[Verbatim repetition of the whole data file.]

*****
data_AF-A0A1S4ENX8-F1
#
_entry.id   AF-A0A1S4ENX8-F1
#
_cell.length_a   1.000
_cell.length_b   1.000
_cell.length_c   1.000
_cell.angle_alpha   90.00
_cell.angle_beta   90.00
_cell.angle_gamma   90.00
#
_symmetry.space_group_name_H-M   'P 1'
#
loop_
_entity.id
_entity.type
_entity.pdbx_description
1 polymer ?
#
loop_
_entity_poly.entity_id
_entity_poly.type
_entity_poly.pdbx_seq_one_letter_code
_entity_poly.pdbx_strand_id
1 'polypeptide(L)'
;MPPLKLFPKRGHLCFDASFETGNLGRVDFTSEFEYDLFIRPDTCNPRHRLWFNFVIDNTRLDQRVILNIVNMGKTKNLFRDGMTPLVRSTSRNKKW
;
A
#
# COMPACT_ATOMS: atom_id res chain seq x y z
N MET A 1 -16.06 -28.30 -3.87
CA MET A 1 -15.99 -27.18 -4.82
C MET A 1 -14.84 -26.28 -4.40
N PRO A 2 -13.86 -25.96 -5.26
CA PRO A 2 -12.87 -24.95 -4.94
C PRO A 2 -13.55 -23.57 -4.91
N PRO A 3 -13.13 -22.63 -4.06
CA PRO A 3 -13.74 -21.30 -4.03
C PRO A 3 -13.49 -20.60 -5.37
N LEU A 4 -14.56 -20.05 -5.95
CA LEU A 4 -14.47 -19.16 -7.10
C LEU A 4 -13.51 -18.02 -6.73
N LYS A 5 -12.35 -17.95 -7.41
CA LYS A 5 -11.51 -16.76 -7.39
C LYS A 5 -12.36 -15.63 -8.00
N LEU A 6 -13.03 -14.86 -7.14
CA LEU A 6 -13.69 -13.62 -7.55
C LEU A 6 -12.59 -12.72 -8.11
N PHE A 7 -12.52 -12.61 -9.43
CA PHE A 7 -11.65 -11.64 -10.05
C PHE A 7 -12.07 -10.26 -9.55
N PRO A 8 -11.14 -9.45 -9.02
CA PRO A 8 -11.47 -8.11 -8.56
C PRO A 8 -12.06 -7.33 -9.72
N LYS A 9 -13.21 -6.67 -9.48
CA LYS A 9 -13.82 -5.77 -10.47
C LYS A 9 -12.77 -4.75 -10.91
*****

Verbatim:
data_AF-A0A1S4ENX8-F1
#
_entry.id   AF-A0A1S4ENX8-F1
#
_cell.length_a   1.000
_cell.length_b   1.000
_cell.length_c   1.000
_cell.angle_alpha   90.00
_cell.angle_beta   90.00
_cell.angle_gamma   90.00
#
_symmetry.space_group_name_H-M   'P 1'
#
loop_
_entity.id
_entity.type
_entity.pdbx_description
1 polymer ?
#
loop_
_entity_poly.entity_id
_entity_poly.type
_entity_poly.pdbx_seq_one_letter_code
_entity_poly.pdbx_strand_id
1 'polypeptide(L)'
;MPPLKLFPKRGHLCFDASFETGNLGRVDFTSEFEYDLFIRPDTCNPRHRLWFNFVIDNTRLDQRVILNIVNMGKTKNLFRDGMTPLVRSTSRNKKW
;
A
#
# COMPACT_ATOMS: atom_id res chain seq x y z
N MET A 1 -16.06 -28.30 -3.87
CA MET A 1 -15.99 -27.18 -4.82
C MET A 1 -14.84 -26.28 -4.40
N PRO A 2 -13.86 -25.96 -5.26
CA PRO A 2 -12.87 -24.95 -4.94
C PRO A 2 -13.55 -23.57 -4.91
N PRO A 3 -13.13 -22.63 -4.06
CA PRO A 3 -13.74 -21.30 -4.03
C PRO A 3 -13.49 -20.60 -5.37
N LEU A 4 -14.56 -20.05 -5.95
CA LEU A 4 -14.47 -19.16 -7.10
C LEU A 4 -13.51 -18.02 -6.73
N LYS A 5 -12.35 -17.95 -7.41
CA LYS A 5 -11.51 -16.76 -7.39
C LYS A 5 -12.36 -15.63 -8.00
N LEU A 6 -13.03 -14.86 -7.14
CA LEU A 6 -13.69 -13.62 -7.55
C LEU A 6 -12.59 -12.72 -8.11
N PHE A 7 -12.52 -12.61 -9.43
CA PHE A 7 -11.65 -11.64 -10.05
C PHE A 7 -12.07 -10.26 -9.55
N PRO A 8 -11.14 -9.45 -9.02
CA PRO A 8 -11.47 -8.11 -8.56
C PRO A 8 -12.06 -7.33 -9.72
N LYS A 9 -13.21 -6.67 -9.48
CA LYS A 9 -13.82 -5.77 -10.47
C LYS A 9 -12.77 -4.75 -10.91